Lottery Winner Brad Duke

Young Lottery Winner Brad Duke of Idaho, wants to turn his $85 million lottery winnings into $1 billion.

The Gambler with Responsible Tendencies

In a game with long odds, 1 jackpot winner in every 120 million to be exact, Brad Duke kept playing, banking on the fact that his numbers would eventually come up. And on May 28, 2005, Duke hit. Big. And unlike others who went before him, he's not on a financial backslide even though he has all that cash.

Powerball is a multi-state American lotto, played in 27 out of 50 states and other U.S. territories. To play, one must choose five numbers between 1 and 53 which are drawn from one bin. It's namesake (the Powerball), is drawn from a separate bin and is a number between 1 and 42. While the odds aren't bad to win a cash prize (1 in 36), the Powerball makes it much harder to hit the big one, but the payout is unbeatable.

But the real story isn't the game itself. Lottery Winner Brad Duke developed his own system based on the last six months of winning Powerball numbers. By choosing the most common 15 numbers and rearranging them as he saw fit, this Gold's Gym franchise manger from Idaho eventually managed to bring home $220 million U.S. dollars.

Duke waited about a month to go public about his winnings in order to determine his next best move. He immediately hired a publicist, lawyer and financial adviser and researched mistakes and good advice from other lottery winners. By getting a good team in place he was able to get some sound direction on how to turn his millions into billions. And on the day he showed himself to the world, he did it on CNN.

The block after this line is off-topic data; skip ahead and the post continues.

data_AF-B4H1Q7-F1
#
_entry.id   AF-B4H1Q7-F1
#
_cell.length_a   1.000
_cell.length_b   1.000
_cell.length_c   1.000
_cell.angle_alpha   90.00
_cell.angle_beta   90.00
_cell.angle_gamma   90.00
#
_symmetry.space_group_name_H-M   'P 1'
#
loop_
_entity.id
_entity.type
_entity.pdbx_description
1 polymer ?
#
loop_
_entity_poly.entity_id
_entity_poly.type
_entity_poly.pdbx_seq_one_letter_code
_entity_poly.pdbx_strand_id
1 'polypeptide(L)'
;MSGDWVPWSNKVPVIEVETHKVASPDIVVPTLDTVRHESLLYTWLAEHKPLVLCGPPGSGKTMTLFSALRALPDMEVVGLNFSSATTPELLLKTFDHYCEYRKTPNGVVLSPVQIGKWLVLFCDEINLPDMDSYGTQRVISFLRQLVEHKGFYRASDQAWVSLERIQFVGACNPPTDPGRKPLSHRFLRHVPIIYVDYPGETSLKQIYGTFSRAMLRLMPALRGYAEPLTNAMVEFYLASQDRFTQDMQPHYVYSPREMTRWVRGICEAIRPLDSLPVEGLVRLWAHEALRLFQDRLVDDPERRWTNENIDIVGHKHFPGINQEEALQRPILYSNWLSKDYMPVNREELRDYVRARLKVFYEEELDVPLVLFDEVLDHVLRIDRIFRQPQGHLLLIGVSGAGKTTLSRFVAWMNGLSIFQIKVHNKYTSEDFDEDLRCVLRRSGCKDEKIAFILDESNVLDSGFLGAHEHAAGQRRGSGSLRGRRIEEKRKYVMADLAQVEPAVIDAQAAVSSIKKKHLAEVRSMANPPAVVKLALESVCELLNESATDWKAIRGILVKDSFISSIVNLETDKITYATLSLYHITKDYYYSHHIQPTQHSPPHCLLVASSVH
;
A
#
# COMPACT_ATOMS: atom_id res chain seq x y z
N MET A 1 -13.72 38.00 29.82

In February 2007, Fortune Magazine reported how Lottery Winner Brad Duke had spent his money so far:

* $45 million in low-risk investments, i.e. municipal bonds * $35 million in aggressive investments, i.e. utilities and real estate * $1.3 million set up a family foundation * $63,000 bought him a Tahitian adventure with 17 buddies * $125,000 paid off his mortgage * $18,000 went to eliminating student loans * $65,000 went to bicycles, and $12,000 was spent on the bike of his dreams * $14,500 paid for a used car in full * $12,000 buys yearly gifts for his family without tax penalties to them

One of the most inspiring aspects about Duke's story is that he didn't forget about those who helped him over the years. He has started a consulting firm and is employing people that gave him jobs when he was moving up the ladder in his career. Lottery Winner Brad Duke gave away his 2005 Jetta to his nephew and bought an older model for himself. Even though he wants to use his money to become a billionaire, he still has found a way to give back without compromising his goal.

His story of stability and responsibility even when he woke up a millionaire is something the world needs more of.

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